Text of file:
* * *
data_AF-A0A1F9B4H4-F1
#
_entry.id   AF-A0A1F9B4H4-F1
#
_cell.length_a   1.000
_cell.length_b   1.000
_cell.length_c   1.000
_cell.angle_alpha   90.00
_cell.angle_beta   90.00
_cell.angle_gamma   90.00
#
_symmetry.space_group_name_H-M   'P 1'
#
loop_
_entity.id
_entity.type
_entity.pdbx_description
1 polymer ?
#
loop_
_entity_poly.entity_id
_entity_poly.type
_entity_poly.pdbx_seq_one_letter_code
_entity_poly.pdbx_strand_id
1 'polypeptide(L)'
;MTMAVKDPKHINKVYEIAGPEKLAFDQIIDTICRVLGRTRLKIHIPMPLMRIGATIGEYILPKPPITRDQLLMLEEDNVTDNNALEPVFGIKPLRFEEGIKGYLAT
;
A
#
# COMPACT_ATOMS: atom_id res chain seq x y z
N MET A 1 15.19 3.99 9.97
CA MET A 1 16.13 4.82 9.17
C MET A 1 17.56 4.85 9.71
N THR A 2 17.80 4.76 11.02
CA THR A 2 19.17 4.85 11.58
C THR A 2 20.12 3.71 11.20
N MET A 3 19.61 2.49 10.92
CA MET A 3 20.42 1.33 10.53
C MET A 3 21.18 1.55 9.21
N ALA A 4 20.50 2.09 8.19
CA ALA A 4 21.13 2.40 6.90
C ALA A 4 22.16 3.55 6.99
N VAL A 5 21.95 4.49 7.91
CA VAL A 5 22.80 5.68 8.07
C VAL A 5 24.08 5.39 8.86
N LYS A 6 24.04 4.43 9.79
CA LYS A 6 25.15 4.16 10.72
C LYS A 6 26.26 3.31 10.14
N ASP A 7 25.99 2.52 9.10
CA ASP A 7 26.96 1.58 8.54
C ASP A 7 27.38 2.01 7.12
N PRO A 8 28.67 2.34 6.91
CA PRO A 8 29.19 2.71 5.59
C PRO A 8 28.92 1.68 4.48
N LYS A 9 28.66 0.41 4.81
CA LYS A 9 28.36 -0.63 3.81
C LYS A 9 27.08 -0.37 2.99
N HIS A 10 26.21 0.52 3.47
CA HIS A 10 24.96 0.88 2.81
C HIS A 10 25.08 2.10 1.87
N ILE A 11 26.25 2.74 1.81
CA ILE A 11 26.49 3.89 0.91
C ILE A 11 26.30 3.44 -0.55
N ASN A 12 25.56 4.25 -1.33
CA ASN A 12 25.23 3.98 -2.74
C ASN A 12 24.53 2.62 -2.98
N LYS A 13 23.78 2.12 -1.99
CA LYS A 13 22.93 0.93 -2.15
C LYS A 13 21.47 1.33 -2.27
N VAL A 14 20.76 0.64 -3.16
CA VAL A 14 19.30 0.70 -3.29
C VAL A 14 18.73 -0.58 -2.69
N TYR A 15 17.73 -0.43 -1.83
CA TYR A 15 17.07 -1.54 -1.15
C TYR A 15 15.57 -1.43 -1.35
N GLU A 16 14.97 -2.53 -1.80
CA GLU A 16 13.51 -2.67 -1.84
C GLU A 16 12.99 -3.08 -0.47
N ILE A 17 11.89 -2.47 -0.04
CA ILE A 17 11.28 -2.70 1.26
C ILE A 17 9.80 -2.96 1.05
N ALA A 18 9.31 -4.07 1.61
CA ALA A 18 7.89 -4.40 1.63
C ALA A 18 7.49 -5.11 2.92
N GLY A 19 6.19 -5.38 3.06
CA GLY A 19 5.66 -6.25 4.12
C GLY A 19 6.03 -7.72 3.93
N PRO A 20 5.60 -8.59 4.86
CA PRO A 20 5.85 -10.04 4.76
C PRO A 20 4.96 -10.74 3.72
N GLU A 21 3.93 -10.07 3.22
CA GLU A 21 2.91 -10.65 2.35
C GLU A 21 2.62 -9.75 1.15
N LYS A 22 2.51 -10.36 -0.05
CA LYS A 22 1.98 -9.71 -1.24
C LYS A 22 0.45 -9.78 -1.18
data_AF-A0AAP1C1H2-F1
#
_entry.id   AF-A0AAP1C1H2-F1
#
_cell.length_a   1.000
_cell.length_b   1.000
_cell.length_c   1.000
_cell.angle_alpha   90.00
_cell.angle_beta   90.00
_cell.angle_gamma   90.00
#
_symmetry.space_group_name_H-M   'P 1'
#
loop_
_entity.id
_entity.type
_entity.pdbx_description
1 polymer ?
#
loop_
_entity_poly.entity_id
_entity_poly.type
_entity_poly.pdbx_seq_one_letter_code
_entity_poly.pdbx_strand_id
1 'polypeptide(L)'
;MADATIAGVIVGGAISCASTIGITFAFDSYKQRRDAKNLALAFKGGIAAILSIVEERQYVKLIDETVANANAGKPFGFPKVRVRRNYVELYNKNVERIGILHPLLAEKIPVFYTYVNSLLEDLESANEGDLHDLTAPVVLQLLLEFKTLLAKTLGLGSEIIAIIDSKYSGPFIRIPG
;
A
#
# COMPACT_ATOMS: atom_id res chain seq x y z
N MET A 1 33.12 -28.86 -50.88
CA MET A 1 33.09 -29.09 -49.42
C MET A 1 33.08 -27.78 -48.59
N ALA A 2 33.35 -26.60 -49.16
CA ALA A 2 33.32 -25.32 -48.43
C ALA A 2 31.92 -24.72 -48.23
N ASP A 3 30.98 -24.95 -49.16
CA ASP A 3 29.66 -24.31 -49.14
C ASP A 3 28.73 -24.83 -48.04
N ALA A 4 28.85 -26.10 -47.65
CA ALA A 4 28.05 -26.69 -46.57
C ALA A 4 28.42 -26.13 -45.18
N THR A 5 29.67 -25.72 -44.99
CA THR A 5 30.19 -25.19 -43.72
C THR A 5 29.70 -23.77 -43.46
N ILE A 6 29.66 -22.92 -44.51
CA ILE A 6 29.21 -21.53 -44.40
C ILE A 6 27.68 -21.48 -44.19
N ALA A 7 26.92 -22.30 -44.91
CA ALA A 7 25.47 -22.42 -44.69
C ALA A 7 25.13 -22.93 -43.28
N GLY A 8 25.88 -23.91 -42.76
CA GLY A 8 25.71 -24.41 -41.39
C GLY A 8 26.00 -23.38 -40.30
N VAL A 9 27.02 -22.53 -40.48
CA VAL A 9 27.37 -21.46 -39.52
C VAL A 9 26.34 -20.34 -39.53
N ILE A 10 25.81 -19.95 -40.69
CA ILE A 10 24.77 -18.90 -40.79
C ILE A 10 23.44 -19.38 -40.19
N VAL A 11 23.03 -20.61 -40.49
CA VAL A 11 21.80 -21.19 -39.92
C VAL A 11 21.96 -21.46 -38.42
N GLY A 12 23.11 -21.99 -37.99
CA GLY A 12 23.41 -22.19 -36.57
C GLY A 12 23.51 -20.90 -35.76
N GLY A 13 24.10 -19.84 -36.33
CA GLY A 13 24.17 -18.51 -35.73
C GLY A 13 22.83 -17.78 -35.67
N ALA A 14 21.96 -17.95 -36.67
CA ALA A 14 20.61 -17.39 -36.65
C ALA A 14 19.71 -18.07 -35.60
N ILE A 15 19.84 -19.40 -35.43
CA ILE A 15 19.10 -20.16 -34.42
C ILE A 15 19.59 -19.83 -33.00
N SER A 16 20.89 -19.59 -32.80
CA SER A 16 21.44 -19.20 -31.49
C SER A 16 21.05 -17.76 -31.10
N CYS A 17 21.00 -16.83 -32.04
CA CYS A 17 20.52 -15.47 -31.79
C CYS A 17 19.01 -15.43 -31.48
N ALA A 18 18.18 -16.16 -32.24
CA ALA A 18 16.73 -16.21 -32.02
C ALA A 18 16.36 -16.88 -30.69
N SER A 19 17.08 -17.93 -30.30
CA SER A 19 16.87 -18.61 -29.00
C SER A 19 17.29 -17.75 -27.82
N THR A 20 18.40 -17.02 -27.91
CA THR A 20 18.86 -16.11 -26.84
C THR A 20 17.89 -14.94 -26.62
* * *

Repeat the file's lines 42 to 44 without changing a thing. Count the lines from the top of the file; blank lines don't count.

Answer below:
C ALA A 4 22.16 3.55 6.99
N VAL A 5 21.95 4.49 7.91
CA VAL A 5 22.80 5.68 8.07